In the Journals

Soft drink consumption may influence risk for chronic bronchitis

Individuals who consumed larger quantities of soft drinks with high fructose corn syrup demonstrated greater risk for chronic bronchitis, according to study results.

“This study’s results provide epidemiological support for the association between consumption of high fructose corn syrup-sweetened soft drinks in the possible pathogenesis of chronic bronchitis, a subcomponent of chronic obstructive pulmonary disease,” Luanne R. DeChristopher, MSc, of the biochemistry and molecular biology departments at New York Medical College in Valhalla, N.Y., and colleagues wrote. “Results support the hypothesis that underlying fructose malabsorption and fructose reactivity in the gastrointestinal [tract] may contribute to chronic bronchitis, perhaps through in situ formation of [advanced glycation end products], which may contribute to lung disease. Longitudinal and biochemical research is needed to confirm and clarify the mechanisms involved.”

DeChristopher and colleagues performed a cross-sectional analysis of 2,801 patients aged 20 to 55 years who participated in the National Health and Nutritional Examination Survey between 2003 and 2006.

The researchers recorded any self-reported history of bronchitis or chronic bronchitis. They also performed a Rao-Scott chi-square analysis to analyze associations between age, sex, BMI, race/ethnicity, smoking, secondhand smoke in the home, pre-diabetes/diabetes, and total fruit and beverage consumption.

Results revealed a significant association between consumption of non-diet soda and the development of chronic bronchitis (P <.05). Consumption of non-diet soda at least five times per week appeared associated with nearly twice the risk for chronic bronchitis independent of other covariates (OR = 1.8; 95% CI, 1.01-3.2). – by Jeff Craven

Disclosure: The researchers report no relevant financial disclosures.

Individuals who consumed larger quantities of soft drinks with high fructose corn syrup demonstrated greater risk for chronic bronchitis, according to study results.

“This study’s results provide epidemiological support for the association between consumption of high fructose corn syrup-sweetened soft drinks in the possible pathogenesis of chronic bronchitis, a subcomponent of chronic obstructive pulmonary disease,” Luanne R. DeChristopher, MSc, of the biochemistry and molecular biology departments at New York Medical College in Valhalla, N.Y., and colleagues wrote. “Results support the hypothesis that underlying fructose malabsorption and fructose reactivity in the gastrointestinal [tract] may contribute to chronic bronchitis, perhaps through in situ formation of [advanced glycation end products], which may contribute to lung disease. Longitudinal and biochemical research is needed to confirm and clarify the mechanisms involved.”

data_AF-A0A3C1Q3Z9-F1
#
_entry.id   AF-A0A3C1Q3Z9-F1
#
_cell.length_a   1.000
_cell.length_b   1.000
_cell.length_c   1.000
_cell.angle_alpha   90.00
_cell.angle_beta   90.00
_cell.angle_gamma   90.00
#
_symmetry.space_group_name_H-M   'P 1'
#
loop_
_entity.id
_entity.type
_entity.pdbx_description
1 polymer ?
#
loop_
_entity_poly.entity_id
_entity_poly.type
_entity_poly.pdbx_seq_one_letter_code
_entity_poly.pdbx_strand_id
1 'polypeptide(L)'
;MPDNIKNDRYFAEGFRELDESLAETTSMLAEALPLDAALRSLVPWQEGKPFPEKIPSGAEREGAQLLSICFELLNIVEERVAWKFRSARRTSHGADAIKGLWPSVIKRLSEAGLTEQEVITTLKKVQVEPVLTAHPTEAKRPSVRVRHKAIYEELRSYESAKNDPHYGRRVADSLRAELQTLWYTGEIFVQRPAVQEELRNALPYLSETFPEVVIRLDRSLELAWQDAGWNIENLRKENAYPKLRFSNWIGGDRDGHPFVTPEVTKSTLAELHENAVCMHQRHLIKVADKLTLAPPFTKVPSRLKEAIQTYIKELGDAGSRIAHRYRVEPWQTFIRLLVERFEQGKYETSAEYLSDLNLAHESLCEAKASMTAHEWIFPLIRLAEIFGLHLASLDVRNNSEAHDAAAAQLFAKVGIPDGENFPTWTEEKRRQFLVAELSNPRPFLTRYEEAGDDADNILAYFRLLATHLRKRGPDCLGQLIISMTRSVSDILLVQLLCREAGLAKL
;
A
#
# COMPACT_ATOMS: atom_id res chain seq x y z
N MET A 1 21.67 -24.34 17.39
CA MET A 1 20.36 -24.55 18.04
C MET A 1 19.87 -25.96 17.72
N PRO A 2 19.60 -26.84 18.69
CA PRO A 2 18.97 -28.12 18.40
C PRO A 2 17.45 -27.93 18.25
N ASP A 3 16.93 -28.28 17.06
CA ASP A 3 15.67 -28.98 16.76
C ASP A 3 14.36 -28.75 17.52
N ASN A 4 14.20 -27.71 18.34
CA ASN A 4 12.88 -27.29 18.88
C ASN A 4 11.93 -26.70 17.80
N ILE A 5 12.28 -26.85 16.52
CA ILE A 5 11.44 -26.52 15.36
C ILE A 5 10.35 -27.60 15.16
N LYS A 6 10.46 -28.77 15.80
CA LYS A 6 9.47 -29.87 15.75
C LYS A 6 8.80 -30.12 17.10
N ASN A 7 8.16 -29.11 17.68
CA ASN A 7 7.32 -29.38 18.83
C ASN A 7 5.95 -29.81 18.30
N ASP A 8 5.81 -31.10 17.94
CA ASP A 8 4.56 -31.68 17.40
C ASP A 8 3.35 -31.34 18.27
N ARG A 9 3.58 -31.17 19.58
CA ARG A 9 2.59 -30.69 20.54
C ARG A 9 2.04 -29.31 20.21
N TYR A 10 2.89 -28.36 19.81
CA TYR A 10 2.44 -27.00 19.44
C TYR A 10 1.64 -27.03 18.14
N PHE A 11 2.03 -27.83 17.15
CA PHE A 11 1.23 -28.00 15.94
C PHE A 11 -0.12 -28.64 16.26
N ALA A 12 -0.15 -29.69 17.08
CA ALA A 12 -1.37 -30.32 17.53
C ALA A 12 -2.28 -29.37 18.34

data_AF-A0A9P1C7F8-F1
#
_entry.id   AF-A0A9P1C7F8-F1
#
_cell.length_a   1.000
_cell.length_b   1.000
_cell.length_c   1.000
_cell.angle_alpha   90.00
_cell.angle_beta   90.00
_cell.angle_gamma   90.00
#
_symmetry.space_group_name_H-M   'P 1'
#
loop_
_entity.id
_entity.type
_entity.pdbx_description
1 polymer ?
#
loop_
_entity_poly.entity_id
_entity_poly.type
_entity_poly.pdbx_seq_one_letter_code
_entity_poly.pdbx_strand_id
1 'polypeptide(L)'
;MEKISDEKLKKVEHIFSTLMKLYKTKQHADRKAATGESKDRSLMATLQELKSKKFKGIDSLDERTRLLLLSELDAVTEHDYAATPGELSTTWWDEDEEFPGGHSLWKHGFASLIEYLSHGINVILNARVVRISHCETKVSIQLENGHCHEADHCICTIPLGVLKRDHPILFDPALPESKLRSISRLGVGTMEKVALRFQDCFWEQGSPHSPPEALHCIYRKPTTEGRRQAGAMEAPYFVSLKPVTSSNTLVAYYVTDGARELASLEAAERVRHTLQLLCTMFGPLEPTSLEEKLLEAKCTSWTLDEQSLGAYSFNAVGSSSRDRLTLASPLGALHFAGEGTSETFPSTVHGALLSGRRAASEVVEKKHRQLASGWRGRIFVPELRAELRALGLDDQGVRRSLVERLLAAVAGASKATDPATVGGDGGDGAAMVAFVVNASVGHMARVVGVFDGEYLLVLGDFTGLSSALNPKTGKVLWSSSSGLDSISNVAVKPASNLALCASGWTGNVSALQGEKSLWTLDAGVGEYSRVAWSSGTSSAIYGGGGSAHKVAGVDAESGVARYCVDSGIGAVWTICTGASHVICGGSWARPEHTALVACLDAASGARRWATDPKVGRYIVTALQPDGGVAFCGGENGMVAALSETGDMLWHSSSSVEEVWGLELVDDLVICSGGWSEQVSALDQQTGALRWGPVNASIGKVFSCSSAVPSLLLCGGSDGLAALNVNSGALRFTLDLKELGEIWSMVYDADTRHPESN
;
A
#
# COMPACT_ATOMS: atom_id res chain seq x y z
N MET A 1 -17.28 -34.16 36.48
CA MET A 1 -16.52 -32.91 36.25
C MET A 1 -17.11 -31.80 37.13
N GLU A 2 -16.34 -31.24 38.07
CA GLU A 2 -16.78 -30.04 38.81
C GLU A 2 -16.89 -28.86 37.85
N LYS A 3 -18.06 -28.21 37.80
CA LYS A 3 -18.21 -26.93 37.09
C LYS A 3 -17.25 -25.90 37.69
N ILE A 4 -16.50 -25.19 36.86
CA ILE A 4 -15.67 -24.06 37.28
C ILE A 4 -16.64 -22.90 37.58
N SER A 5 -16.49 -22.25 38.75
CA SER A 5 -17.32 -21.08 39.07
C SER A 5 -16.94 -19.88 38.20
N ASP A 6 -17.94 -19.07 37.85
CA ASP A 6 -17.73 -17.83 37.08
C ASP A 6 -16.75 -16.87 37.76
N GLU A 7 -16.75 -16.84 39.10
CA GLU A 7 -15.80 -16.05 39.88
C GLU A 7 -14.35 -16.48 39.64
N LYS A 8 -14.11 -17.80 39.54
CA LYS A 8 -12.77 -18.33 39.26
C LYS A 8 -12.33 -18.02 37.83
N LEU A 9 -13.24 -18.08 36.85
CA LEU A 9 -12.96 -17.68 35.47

DeChristopher and colleagues performed a cross-sectional analysis of 2,801 patients aged 20 to 55 years who participated in the National Health and Nutritional Examination Survey between 2003 and 2006.

The researchers recorded any self-reported history of bronchitis or chronic bronchitis. They also performed a Rao-Scott chi-square analysis to analyze associations between age, sex, BMI, race/ethnicity, smoking, secondhand smoke in the home, pre-diabetes/diabetes, and total fruit and beverage consumption.

Results revealed a significant association between consumption of non-diet soda and the development of chronic bronchitis (P <.05). Consumption of non-diet soda at least five times per week appeared associated with nearly twice the risk for chronic bronchitis independent of other covariates (OR = 1.8; 95% CI, 1.01-3.2). – by Jeff Craven

Disclosure: The researchers report no relevant financial disclosures.